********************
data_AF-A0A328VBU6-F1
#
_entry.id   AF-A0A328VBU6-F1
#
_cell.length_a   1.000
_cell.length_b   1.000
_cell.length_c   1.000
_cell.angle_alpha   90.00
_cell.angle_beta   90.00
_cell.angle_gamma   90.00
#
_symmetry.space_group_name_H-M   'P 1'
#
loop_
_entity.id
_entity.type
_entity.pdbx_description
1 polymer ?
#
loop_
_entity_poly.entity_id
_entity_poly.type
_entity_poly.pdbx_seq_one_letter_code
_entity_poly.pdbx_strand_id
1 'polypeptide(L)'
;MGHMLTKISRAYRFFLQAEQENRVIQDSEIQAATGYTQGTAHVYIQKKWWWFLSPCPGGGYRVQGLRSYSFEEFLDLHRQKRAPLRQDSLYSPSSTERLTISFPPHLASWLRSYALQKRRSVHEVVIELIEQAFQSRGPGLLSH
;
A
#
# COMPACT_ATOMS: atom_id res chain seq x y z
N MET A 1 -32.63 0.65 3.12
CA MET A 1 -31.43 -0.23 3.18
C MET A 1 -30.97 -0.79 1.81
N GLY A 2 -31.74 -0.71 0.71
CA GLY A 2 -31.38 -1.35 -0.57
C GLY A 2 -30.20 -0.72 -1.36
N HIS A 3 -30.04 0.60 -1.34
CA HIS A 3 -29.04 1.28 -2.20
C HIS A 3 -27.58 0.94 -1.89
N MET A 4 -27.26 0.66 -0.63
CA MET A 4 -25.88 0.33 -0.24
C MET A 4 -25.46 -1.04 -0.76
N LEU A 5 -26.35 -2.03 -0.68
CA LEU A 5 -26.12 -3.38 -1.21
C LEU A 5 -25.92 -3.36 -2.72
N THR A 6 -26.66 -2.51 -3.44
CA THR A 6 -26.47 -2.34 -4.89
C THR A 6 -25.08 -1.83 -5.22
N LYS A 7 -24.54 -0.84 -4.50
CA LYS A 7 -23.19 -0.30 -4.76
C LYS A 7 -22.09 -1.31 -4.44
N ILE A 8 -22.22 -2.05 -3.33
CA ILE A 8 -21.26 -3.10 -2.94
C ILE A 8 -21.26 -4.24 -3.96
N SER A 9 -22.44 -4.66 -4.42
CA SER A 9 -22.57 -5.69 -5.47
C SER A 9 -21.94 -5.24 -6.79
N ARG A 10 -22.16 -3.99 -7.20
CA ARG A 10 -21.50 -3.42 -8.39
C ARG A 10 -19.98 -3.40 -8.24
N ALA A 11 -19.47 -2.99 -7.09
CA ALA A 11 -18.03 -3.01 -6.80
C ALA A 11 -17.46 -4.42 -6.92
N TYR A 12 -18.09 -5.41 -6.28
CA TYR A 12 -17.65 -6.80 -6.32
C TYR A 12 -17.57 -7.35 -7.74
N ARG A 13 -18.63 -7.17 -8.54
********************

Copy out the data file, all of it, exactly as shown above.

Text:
data_AF-A0A328VBU6-F1
#
_entry.id   AF-A0A328VBU6-F1
#
_cell.length_a   1.000
_cell.length_b   1.000
_cell.length_c   1.000
_cell.angle_alpha   90.00
_cell.angle_beta   90.00
_cell.angle_gamma   90.00
#
_symmetry.space_group_name_H-M   'P 1'
#
loop_
_entity.id
_entity.type
_entity.pdbx_description
1 polymer ?
#
loop_
_entity_poly.entity_id
_entity_poly.type
_entity_poly.pdbx_seq_one_letter_code
_entity_poly.pdbx_strand_id
1 'polypeptide(L)'
;MGHMLTKISRAYRFFLQAEQENRVIQDSEIQAATGYTQGTAHVYIQKKWWWFLSPCPGGGYRVQGLRSYSFEEFLDLHRQKRAPLRQDSLYSPSSTERLTISFPPHLASWLRSYALQKRRSVHEVVIELIEQAFQSRGPGLLSH
;
A
#
# COMPACT_ATOMS: atom_id res chain seq x y z
N MET A 1 -32.63 0.65 3.12
CA MET A 1 -31.43 -0.23 3.18
C MET A 1 -30.97 -0.79 1.81
N GLY A 2 -31.74 -0.71 0.71
CA GLY A 2 -31.38 -1.35 -0.57
C GLY A 2 -30.20 -0.72 -1.36
N HIS A 3 -30.04 0.60 -1.34
CA HIS A 3 -29.04 1.28 -2.20
C HIS A 3 -27.58 0.94 -1.89
N MET A 4 -27.26 0.66 -0.63
CA MET A 4 -25.88 0.33 -0.24
C MET A 4 -25.46 -1.04 -0.76
N LEU A 5 -26.35 -2.03 -0.68
CA LEU A 5 -26.12 -3.38 -1.21
C LEU A 5 -25.92 -3.36 -2.72
N THR A 6 -26.66 -2.51 -3.44
CA THR A 6 -26.47 -2.34 -4.89
C THR A 6 -25.08 -1.83 -5.22
N LYS A 7 -24.54 -0.84 -4.50
CA LYS A 7 -23.19 -0.30 -4.76
C LYS A 7 -22.09 -1.31 -4.44
N ILE A 8 -22.22 -2.05 -3.33
CA ILE A 8 -21.26 -3.10 -2.94
C ILE A 8 -21.26 -4.24 -3.96
N SER A 9 -22.44 -4.66 -4.42
CA SER A 9 -22.57 -5.69 -5.47
C SER A 9 -21.94 -5.24 -6.79
N ARG A 10 -22.16 -3.99 -7.20
CA ARG A 10 -21.50 -3.42 -8.39
C ARG A 10 -19.98 -3.40 -8.24
N ALA A 11 -19.47 -2.99 -7.09
CA ALA A 11 -18.03 -3.01 -6.80
C ALA A 11 -17.46 -4.42 -6.92
N TYR A 12 -18.09 -5.41 -6.28
CA TYR A 12 -17.65 -6.80 -6.32
C TYR A 12 -17.57 -7.35 -7.74
N ARG A 13 -18.63 -7.17 -8.54